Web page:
Original-Publication:
A. T. Press, A. Traeger, C. Pietsch, A. Mosig, M. Wagner, M. G. Clemens, N. Jbeily, N. Koch, M. Gottschaldt, N. Bézière, V. Ermolayev, V. Ntziachristos, J. Popp, M. Kessels, B. Qualmann, U. S. Schubert, M. Bauer: "Cell type-specific delivery of short interfering RNAs by dye-functionalized “theranostic” nanoparticles", Nat. Commun. 2014, DOI: 10.1038/ncomms6565

Contact:
Prof. Dr. Michael Bauer
Center for Sepsis Control and Care (CSCC), University Hospital Jena
Phone: +0049 (0)3641 9323111
Email: Michael.Bauer[at]med.uni-jena.de

Prof. Dr. Ulrich S. Schubert
Jena Center for Soft Matter (JCSM), Friedrich Schiller University in Jena
Phone: +0049 (0)3641 948200
Email: Ulrich.Schubert[at]uni-jena.de

Dr. Uta von der Gönna | Universitätsklinikum Jena
Further information:
http://www.uniklinikum-jena.de

Further reports about: Colorful JCSM Nanoparticles Sepsis Soft Matter cell types cholesterol liver siRNA

More articles from Life Sciences:

nachricht New risk factors for anxiety disorders
24.02.2017 | Julius-Maximilians-Universität Würzburg

nachricht Stingless bees have their nests protected by soldiers
24.02.2017 | Johannes Gutenberg-Universität Mainz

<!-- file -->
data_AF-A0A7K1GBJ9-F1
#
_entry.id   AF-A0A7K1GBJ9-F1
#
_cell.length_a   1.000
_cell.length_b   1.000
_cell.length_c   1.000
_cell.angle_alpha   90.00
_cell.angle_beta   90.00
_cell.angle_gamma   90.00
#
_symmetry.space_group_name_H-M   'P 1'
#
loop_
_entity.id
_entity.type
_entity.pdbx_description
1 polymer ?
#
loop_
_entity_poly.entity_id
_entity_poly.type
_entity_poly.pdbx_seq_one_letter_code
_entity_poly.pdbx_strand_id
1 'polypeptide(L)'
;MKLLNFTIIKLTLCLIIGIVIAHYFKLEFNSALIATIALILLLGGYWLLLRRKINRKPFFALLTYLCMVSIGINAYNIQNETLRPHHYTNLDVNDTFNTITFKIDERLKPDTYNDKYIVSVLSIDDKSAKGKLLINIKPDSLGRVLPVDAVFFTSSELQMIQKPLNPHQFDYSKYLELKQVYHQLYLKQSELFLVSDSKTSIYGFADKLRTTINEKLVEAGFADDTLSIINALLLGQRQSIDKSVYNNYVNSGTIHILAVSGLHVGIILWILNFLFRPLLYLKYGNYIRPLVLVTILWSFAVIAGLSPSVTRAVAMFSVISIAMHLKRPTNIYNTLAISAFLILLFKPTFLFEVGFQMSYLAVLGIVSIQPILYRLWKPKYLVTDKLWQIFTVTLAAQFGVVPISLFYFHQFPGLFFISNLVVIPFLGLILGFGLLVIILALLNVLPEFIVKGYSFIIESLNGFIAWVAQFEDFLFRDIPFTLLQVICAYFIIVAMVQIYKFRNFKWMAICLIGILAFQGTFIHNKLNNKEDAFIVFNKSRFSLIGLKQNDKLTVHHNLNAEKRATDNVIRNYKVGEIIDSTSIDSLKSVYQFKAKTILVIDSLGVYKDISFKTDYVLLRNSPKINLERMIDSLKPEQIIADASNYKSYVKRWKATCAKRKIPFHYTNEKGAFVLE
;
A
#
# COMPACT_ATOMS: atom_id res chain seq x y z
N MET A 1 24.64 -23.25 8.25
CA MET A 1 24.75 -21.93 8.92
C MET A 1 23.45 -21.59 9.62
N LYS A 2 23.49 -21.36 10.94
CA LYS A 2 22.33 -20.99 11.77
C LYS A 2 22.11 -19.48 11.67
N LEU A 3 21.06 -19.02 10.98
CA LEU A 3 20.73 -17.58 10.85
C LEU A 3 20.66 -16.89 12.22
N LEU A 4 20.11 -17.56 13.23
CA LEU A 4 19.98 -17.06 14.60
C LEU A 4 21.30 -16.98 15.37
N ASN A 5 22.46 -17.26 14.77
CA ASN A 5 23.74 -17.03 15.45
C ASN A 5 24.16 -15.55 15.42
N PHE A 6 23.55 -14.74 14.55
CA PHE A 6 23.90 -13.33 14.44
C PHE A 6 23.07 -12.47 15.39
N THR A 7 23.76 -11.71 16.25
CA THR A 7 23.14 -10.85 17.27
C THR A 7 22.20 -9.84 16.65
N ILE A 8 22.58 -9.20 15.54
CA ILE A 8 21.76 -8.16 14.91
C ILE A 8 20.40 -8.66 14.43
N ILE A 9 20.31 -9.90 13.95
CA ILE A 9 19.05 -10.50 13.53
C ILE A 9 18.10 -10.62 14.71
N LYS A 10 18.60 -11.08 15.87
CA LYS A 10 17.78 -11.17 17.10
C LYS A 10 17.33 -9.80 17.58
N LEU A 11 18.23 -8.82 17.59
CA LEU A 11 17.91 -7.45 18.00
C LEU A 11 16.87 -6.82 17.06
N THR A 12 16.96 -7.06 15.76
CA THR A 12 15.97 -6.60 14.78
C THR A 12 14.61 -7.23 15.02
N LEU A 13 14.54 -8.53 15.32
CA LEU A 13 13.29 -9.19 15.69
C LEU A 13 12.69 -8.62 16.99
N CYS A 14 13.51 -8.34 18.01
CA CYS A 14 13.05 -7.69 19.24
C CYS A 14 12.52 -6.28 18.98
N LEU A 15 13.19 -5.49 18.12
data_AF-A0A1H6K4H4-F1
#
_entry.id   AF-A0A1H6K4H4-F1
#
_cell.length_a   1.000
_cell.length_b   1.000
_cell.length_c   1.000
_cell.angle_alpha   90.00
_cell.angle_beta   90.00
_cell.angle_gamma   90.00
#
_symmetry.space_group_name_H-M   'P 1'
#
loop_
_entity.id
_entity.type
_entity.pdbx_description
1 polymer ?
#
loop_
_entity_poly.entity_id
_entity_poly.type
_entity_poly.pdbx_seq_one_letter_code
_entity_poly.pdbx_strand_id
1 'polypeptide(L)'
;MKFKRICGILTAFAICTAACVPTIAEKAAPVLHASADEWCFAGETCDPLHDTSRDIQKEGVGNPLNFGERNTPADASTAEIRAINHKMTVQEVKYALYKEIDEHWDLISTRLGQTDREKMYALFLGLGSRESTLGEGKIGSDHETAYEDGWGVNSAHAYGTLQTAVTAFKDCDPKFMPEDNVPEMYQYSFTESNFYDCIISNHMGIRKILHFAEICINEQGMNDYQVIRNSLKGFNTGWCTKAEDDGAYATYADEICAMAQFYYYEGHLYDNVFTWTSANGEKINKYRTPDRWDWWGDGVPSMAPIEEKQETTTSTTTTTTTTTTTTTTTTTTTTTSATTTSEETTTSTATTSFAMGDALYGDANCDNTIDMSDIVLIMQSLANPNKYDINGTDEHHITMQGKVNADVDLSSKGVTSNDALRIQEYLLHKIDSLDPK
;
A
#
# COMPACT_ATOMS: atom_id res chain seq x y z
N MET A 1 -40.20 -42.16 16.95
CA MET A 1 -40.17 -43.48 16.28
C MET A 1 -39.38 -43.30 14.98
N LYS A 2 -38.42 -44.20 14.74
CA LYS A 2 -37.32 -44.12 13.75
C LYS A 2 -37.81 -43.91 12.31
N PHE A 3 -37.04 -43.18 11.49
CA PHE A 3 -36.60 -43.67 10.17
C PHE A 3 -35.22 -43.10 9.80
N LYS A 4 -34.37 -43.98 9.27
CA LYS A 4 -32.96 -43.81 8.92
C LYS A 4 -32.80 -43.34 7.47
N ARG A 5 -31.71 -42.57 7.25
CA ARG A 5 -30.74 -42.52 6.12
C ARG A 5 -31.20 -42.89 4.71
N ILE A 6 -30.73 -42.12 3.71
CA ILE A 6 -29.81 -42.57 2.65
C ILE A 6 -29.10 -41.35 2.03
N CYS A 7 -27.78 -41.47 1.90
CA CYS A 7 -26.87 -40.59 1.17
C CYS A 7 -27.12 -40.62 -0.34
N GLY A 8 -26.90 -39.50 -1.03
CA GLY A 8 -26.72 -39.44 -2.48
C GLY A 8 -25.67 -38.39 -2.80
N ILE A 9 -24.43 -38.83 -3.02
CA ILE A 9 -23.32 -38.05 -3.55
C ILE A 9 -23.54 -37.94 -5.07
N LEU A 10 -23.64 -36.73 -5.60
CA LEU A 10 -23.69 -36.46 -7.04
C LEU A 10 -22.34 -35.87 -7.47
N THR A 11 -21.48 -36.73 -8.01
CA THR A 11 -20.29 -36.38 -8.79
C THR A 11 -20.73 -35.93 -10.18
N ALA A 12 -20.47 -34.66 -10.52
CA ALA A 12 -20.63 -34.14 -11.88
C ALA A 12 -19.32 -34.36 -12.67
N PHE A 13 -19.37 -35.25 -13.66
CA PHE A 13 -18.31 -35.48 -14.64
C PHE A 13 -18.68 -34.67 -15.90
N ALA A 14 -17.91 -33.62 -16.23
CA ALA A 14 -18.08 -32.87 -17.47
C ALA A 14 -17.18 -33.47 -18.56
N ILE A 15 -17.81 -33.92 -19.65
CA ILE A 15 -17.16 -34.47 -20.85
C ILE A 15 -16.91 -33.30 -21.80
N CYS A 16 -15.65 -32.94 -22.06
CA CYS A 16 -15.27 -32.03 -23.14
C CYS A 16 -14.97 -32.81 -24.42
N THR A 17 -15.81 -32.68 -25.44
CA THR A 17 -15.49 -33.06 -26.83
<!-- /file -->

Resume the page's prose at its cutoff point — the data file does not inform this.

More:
All articles from Life Sciences >>>

The most recent press releases about innovation >>>

Die letzten 5 Focus-News des innovations-reports im Überblick:

Im Focus: Breakthrough with a chain of gold atoms

In the field of nanoscience, an international team of physicists with participants from Konstanz has achieved a breakthrough in understanding heat transport

In the field of nanoscience, an international team of physicists with participants from Konstanz has achieved a breakthrough in understanding heat transport

Im Focus: DNA repair: a new letter in the cell alphabet

Results reveal how discoveries may be hidden in scientific “blind spots”

Cells need to repair damaged DNA in our genes to prevent the development of cancer and other diseases. Our cells therefore activate and send “repair-proteins”...

Im Focus: Dresdner scientists print tomorrow’s world